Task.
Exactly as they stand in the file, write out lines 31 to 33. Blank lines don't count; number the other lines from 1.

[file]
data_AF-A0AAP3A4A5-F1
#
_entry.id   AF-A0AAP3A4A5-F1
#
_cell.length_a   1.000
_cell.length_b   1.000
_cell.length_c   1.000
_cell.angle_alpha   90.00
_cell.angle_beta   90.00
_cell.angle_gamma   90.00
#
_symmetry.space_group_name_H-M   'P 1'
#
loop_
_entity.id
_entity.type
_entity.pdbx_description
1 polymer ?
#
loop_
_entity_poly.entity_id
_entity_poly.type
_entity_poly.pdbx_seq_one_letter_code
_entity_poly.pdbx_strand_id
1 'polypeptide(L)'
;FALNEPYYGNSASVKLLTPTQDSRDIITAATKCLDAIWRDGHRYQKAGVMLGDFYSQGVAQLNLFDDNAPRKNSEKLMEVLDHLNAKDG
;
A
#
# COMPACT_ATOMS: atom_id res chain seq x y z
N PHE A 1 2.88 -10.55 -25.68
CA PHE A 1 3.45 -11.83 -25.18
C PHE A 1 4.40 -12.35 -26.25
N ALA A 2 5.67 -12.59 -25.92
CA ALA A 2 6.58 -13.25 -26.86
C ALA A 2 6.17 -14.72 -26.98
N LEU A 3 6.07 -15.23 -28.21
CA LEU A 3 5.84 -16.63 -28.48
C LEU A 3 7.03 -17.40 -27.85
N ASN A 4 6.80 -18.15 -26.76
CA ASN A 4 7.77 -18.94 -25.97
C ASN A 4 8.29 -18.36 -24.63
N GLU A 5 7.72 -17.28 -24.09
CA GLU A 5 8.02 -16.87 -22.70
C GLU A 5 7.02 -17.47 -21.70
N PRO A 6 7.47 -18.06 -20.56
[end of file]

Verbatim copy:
N PHE A 1 2.88 -10.55 -25.68
CA PHE A 1 3.45 -11.83 -25.18
C PHE A 1 4.40 -12.35 -26.25